Professor Neal Skipper

University College London

Department: Physics & Astronomy
Institution: UCL
Phone: +44 (0)20 7679 3526

Research summary

• Hydrogen Storage & Energy Materials
• Graphite Intercalates & Carbon Nanostructures
• Liquids & Complex Fluids
• Clay Minerals & Layered Double Hydroxides
• Neutron & X-ray Scattering
• Computer Modelling

Professor of Physics in the Condensed Matter and Materials Physics group (CMMP) group in the Department of Physics and Astronomy at University College London. Principle Investigator in the London Centre for Nanotechnology (LCN), and Director of the Physics Undergraduate Teaching Laboratories in Gower Street (Teaching).

Our research aims to understand and control the properties of materials, by building up a picture of where the atoms are what the atoms do. This approach also allows us to design new materials that will perform particular functions for us. For example, we are currently creating solids that will be able to store hydrogen for the supply of clean energy, and we are devising ways to process nanotubes and graphene so that we can exploit the remarkable properties of these forms of carbon. We also have long-standing interests in the more fundamental properties of liquids and non-crystalline materials. We are experts in the handling of liquid ammonia and metal-ammonia solutions, and are therefore able to exploit its extraordinary properties as a solvent. These include its ability to dissolve very large concentrations of electrons, giving us unique metallic liquids of very low density. We are also very interested in the way that aromatic molecules interact with each other via their π-electrons. These interactions are a key factor in many important biological and chemical processes.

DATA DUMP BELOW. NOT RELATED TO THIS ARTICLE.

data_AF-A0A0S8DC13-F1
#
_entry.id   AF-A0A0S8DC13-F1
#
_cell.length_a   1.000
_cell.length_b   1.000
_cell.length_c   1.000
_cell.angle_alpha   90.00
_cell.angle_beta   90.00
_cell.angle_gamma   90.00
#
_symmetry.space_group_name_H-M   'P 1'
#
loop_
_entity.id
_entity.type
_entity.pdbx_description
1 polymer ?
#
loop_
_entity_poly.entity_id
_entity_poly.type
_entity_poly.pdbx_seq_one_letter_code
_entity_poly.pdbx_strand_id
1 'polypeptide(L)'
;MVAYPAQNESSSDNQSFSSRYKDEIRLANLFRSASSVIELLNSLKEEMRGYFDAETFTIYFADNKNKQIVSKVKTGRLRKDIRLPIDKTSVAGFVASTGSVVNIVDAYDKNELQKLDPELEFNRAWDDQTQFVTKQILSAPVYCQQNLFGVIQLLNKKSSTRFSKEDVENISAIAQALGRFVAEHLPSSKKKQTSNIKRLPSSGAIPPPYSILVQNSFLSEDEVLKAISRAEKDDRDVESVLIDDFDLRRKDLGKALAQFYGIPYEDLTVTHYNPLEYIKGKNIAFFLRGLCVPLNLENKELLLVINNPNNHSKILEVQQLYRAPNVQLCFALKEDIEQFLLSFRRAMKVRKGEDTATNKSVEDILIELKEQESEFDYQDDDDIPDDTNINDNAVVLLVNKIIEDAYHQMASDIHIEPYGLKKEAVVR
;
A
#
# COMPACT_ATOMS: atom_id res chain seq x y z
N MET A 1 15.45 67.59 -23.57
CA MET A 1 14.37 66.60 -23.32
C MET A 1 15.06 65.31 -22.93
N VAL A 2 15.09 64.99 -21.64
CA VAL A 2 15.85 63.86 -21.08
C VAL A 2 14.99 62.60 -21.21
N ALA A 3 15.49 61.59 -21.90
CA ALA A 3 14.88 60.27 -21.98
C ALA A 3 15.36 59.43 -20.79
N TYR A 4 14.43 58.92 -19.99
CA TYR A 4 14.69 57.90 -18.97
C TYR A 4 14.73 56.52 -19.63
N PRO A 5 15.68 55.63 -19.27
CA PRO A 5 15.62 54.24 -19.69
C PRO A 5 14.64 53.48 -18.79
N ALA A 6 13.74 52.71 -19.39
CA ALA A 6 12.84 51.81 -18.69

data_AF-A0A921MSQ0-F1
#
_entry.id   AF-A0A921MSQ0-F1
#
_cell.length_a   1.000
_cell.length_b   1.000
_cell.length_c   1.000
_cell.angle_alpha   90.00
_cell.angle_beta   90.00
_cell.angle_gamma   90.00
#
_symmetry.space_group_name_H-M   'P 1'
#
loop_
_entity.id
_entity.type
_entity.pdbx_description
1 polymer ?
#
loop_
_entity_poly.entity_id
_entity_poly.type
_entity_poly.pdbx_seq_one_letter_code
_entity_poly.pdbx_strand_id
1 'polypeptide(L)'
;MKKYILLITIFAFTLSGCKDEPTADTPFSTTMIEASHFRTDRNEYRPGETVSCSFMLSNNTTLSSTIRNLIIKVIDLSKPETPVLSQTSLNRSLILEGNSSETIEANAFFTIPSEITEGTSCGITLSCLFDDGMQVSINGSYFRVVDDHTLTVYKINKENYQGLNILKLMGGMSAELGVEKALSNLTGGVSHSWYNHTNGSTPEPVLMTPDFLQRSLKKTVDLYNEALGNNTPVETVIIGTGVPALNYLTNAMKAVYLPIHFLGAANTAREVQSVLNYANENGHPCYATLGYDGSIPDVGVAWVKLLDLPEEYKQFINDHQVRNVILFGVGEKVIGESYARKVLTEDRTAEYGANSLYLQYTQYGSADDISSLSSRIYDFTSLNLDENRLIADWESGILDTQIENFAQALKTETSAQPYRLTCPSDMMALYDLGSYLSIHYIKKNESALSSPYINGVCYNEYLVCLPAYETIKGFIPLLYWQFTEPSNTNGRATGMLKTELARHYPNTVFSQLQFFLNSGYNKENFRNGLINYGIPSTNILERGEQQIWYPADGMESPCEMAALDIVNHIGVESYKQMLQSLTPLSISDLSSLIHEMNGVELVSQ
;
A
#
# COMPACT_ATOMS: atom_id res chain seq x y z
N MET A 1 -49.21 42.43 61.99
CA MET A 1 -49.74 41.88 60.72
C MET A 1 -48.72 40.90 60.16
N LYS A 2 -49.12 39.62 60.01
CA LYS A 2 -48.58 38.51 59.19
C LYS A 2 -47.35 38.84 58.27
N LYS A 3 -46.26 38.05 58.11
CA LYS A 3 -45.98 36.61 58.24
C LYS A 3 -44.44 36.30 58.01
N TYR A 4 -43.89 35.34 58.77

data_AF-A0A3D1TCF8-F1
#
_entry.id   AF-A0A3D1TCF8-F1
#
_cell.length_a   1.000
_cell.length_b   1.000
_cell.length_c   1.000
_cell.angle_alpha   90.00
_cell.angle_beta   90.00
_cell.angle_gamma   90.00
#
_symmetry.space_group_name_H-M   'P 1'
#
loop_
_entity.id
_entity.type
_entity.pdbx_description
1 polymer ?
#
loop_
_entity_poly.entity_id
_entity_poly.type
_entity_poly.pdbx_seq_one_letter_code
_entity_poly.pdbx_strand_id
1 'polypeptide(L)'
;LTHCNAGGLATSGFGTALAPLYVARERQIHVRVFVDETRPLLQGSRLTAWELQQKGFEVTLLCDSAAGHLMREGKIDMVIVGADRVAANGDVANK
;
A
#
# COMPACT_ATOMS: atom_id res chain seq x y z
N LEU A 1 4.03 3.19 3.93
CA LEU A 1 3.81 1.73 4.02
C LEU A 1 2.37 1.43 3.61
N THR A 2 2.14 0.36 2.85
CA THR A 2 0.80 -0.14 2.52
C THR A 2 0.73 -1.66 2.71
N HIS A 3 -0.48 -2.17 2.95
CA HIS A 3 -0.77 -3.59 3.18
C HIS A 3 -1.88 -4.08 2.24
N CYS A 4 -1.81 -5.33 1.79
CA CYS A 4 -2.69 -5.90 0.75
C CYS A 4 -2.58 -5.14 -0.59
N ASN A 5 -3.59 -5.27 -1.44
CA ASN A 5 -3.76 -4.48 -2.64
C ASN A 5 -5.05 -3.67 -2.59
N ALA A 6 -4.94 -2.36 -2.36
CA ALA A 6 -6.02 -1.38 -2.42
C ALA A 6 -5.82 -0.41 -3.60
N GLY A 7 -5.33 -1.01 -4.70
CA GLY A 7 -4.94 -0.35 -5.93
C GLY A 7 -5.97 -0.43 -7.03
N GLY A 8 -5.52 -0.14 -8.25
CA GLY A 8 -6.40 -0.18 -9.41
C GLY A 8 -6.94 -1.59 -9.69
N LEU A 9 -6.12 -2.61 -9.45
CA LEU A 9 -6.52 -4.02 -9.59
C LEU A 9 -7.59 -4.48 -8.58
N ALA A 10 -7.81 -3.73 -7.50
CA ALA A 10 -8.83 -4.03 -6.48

We use a variety of experimental and computational techniques in our research. In addition to our laboratories at UCL, we also make extensive use of international neutron and X-ray scattering facilities. For example the ISIS Neutron Source at the Rutherford Appleton Laboratory, and the Institute Laue-Langevin in Grenoble.


Hydrogen Storage, Carbon, Clays, Graphene, Interfaces, Metal-Ammonia Solutions, Nanotubes, Nanostructures, Glassy Materials, Glassy Materials